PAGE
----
Simplified Strength Model
The racking performance of light gauge steel frame / wood panel shear walls is similar to that of wood framed shear walls. It is assumed that when a shear wall is subjected to lateral loading, the steel frame distorts as a parallelogram in which the top and bottom tracks maintain a horizontal position. The screws along the perimeter of a panel rotate about the flange of the studs; however, no obvious rotation of the screws connected to the interior studs occurs. The steel frame member connections act as hinges, which means that no lateral resistance develops in the frame itself. Rather, the lateral load is resisted by the composite action of the wood panels and steel framing through their relative rotation. The external work applied to the shear wall was assumed to be absorbed by the rotation of the screws.
In order to develop a model which can be used to predict the shear capacity of a light gauge steel frame / wood panel shear wall, some secondary behavioural characteristics need to be neglected or simplified. The following assumptions, which are similar to what was proposed by Kallsner & Lam (1995) are applied in the model:
i) Deformation of the studs and tracks does not occur. These steel members are hinged to each other.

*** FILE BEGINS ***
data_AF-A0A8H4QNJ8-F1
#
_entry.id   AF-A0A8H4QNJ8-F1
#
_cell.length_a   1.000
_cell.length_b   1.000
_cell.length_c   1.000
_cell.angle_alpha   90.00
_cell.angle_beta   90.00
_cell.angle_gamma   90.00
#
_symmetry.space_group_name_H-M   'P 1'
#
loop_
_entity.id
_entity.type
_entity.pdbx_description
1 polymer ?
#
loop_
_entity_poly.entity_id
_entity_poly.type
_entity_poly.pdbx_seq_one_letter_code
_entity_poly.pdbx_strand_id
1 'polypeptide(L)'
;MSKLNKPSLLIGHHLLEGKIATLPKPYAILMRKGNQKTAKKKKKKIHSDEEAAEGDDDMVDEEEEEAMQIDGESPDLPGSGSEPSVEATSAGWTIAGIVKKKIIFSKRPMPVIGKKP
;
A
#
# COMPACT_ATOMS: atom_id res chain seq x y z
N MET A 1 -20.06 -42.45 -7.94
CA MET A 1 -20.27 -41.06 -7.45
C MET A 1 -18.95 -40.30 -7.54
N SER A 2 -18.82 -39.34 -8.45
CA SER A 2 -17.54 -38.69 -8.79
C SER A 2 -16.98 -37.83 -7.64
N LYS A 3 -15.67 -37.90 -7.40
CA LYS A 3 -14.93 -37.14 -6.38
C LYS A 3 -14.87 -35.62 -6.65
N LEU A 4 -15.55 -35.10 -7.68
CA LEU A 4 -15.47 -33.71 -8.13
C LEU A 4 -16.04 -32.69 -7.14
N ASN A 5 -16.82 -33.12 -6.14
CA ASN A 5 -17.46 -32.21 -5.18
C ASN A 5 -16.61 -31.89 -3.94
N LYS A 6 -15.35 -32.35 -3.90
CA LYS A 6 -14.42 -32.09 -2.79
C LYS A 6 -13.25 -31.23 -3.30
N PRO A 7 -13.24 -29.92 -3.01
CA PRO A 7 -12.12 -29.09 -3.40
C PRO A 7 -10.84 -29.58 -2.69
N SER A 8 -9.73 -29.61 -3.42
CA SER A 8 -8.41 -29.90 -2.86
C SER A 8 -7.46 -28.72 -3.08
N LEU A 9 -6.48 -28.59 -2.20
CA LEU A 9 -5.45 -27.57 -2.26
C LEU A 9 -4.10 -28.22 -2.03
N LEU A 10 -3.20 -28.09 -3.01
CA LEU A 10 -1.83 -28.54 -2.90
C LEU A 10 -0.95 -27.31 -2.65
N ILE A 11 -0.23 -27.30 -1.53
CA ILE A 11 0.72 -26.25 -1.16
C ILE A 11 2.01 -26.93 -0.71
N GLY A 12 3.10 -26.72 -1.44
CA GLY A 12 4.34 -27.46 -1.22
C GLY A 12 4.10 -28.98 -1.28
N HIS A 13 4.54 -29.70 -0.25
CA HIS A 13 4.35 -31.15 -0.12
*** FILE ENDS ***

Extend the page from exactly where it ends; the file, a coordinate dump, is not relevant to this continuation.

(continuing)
ii) The panels are rigid in their own plane and adjacent panels have no contact or overlap with each other.
iii) The relative displacements between the sheathing and framing are small compared with the panel size. The wood and steel also do not separate from each other during loading.
iv) No relative displacement exists between the centre of the sheathing panel and the corresponding centroid of the steel frame.
v) No horizontal panel joints exist in the same storey. Although in engineering practice, such joints are allowed, no tests with such configuration were included in this research.
vi) The shear wall is fully anchored onto the support or lower storey.
vii) The external work done by the racking loads is completely absorbed by the distortion of the sheathing-to-frame connections.
viii) The sheathing-to-frame connections have the same capacity in all directions.
The displacement of the sheathing relative to the steel frame can be viewed in Figure 4. All of the studs have rotated about their bottom ends through the angle y, while the sheathing panel has rotated as a rigid body to an angle ф. In the simplified model these two rotations, which are taken as independent variables, result in the force distribution of the sheathing-to-frame connections as shown in Figure 5. Based on the assumed force distribution the shear capacity of the wall segment, Sywan, can be expressed as shown in Equation 1. The shear capacity is dependent on two factors, the first being the wall configuration including the connection pattern and the second the shear capacity per connection. This equation was originally presented by Kallsner & Lam (1995) in their elastic model for wood framed shear walls.
Where Syconn is the shear strength of the individual sheathing connector (Tables 2&4), H is the height of the wall, x and y are the position of the fasteners (Fig. 5) and N is the number of sheathing connections.